The Wisconsin Badgers football program has seen an amazing wave of success since Barry Alvarez took over as head coach in 1990. His tenure in the athletic department shifted perception of Wisconsin athletics and paved the way for current success.
While the landscape of college football has significantly change since 1990, the lifeblood of winning hasn’t.
Recruiting and development are king.
The Badgers have seen tremendous results in developing talent since Alvarez took the reins and laid the blueprint, but recruiting has had areas of prosperity such as offensive line, running back, and linebacker. On the flipside, however, there have also been pockets of the roster that have been more challenging to recruit for.
Within each position though there has been moments of realized potential that create a source of strength on the roster based on the fruits of a singular recruiting class.
For example, in the 2021 recruiting class the Badgers currently have two four-star offensive lineman, and are heavily involved with five-star offensive lineman Nolan Rucci as well. If all three prospects were to sign with Wisconsin that could potentially be a major moment in the trajectory of the position, and ultimately alter the complexion of the offense as a whole.
With that as a launching off point, I began to wonder which classes in the past 30 years had the best collection of players in a singular position group.
Today we feature the defensive line.
Top group: 2000 recruiting class
The Badgers have had some tremendous defensive lineman since 1990. Guys like Tom Burke, J.J. Watt, and Wendell Bryant have all etched their names in Wisconsin lore.
However, the 2000 recruiting class brought in three players that went on to be drafted, including a first round pick that, when healthy, was one of the most disruptive defenders in program history.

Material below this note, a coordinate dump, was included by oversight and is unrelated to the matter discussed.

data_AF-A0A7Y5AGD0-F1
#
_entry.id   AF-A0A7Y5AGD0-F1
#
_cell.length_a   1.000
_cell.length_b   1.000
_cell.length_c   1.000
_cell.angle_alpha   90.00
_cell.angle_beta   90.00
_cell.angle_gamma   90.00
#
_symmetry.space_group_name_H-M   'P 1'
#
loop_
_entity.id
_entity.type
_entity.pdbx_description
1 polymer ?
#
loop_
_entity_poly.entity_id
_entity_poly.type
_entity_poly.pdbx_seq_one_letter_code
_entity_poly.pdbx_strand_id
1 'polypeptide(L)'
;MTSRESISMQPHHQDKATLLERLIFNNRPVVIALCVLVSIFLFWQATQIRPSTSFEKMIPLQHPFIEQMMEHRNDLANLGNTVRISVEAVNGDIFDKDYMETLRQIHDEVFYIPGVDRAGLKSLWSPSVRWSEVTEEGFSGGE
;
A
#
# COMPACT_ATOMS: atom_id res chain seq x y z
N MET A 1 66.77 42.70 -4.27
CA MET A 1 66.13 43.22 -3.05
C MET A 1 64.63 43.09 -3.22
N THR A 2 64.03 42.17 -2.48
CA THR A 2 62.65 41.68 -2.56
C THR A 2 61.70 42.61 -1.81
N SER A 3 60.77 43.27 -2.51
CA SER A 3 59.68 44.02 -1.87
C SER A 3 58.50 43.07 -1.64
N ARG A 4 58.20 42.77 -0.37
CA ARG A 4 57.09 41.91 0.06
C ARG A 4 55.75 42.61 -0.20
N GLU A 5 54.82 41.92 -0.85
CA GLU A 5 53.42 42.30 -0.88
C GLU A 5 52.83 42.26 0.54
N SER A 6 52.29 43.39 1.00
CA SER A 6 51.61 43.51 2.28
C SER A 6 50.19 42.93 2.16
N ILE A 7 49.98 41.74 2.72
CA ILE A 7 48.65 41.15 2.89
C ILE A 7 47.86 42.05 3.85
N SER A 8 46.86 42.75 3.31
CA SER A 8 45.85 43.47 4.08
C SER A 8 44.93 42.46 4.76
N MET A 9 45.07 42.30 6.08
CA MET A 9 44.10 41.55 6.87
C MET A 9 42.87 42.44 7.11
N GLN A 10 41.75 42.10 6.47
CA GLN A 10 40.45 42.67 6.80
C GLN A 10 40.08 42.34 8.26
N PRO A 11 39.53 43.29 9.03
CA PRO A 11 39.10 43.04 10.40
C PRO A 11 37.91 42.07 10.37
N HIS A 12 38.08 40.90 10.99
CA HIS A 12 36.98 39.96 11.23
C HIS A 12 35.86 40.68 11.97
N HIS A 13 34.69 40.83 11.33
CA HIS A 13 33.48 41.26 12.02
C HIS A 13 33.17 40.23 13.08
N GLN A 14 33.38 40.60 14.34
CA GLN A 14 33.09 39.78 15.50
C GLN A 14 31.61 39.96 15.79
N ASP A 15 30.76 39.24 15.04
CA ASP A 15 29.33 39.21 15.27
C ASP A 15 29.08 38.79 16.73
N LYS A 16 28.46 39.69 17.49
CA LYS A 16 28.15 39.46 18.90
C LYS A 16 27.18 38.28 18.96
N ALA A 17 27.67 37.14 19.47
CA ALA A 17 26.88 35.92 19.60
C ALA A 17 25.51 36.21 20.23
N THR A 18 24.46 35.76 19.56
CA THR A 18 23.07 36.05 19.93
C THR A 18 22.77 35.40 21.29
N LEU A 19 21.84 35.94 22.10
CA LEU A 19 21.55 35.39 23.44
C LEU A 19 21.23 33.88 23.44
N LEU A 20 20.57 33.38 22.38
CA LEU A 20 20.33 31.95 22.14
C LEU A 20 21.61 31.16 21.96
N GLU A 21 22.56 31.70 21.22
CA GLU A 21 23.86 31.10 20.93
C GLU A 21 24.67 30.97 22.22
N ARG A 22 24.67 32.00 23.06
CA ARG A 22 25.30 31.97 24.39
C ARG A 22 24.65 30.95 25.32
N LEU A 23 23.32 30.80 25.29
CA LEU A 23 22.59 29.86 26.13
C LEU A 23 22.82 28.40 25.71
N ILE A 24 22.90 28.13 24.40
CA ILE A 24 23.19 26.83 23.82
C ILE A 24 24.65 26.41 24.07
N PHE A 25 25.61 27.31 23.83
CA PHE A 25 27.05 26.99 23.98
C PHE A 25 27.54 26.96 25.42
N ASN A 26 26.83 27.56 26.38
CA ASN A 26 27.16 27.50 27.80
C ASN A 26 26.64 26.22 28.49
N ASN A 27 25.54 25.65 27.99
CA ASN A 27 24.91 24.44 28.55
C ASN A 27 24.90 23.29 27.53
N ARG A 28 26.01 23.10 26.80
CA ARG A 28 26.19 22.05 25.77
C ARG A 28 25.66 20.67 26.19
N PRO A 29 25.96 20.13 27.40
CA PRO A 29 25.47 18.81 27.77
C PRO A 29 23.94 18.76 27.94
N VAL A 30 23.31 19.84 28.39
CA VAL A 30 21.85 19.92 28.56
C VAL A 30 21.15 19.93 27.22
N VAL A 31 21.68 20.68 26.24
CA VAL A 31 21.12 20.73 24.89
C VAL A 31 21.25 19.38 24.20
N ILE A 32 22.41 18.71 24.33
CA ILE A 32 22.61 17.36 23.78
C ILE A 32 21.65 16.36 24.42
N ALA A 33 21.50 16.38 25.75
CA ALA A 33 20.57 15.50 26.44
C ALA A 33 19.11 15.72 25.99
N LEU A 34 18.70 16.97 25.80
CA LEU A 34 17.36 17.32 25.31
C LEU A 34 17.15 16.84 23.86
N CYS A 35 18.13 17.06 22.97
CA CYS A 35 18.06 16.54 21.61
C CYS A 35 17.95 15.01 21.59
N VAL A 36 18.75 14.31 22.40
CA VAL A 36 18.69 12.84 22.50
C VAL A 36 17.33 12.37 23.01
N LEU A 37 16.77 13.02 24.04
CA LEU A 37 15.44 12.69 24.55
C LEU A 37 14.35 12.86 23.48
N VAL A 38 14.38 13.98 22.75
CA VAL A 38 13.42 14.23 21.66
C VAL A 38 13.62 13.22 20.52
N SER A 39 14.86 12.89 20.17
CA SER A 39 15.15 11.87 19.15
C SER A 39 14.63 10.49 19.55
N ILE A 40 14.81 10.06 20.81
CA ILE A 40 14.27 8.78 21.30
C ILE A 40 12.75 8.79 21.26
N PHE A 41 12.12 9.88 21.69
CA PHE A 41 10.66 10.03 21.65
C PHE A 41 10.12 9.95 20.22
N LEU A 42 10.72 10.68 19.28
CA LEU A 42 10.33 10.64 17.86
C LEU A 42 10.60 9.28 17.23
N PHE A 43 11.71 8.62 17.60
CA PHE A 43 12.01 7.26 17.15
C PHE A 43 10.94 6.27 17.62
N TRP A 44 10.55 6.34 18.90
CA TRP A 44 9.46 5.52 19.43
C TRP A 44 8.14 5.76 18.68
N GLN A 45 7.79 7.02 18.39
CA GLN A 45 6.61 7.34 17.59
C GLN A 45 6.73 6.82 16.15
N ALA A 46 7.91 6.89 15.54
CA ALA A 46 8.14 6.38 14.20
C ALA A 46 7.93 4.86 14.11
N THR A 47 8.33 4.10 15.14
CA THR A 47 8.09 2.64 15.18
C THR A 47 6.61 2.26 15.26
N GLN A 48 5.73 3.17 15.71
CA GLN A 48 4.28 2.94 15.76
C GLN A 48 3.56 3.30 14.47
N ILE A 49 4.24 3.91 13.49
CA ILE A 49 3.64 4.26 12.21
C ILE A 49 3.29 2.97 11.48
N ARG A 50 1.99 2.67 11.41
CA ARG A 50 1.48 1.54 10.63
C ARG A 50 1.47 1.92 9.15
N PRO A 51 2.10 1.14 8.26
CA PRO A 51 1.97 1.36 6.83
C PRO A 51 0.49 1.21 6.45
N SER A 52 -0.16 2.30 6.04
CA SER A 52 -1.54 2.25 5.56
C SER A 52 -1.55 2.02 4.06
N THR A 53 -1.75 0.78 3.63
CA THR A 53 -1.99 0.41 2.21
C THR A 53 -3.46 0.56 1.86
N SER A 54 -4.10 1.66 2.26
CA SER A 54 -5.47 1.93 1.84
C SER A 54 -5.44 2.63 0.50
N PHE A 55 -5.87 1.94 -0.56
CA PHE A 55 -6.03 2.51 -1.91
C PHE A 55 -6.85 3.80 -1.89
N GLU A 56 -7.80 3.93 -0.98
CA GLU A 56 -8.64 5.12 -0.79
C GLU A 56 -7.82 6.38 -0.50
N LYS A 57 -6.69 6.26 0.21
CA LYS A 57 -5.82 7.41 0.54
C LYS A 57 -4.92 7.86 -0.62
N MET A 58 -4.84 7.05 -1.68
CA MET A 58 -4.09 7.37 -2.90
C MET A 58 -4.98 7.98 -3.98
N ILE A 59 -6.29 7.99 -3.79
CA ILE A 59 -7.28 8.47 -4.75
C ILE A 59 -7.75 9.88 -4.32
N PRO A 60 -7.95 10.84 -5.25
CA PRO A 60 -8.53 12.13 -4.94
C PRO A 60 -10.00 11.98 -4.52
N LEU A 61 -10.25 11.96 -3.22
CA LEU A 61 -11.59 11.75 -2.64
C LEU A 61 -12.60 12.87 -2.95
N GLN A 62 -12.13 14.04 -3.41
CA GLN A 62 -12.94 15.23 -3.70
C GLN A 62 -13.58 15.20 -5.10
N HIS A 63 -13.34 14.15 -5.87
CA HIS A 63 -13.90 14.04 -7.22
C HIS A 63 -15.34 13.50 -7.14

The defensive line class of Erasmus James, Jonathan Welsh, Jason Jefferson and Traison Lewis was a really good haul.
Eventual first round pick James was an absolute monster for the Badgers. Nicknamed “The Eraser,” James was a national first-team All-American as a senior, and was a first-team B1G selection as well.
For his career the 6-foot-4, 266 pound pass rusher accumulated 18 sacks, seven forced fumbles and six pass deflections in three seasons on the field.
After missing the previous season with a freak hip injury, James was nearly unblockable his senior campaign until an illegal chop block by a Purdue offensive lineman in the middle of the 2004 season sidelined him for multiple games and held him back for the remainder of the season. He still took home Defensive Player of the Year honors in his final season, but the torrid pace he was on to begin the season had him poised for insane production.
On the opposite side of the defensive line was his running mate Jonathan Welsh, an eventual fifth round selection by the Indianapolis Colts. While he did not have the flair for the dramatic, or the statistical output of James, he was a consistent playmaker for the Badgers throughout his career.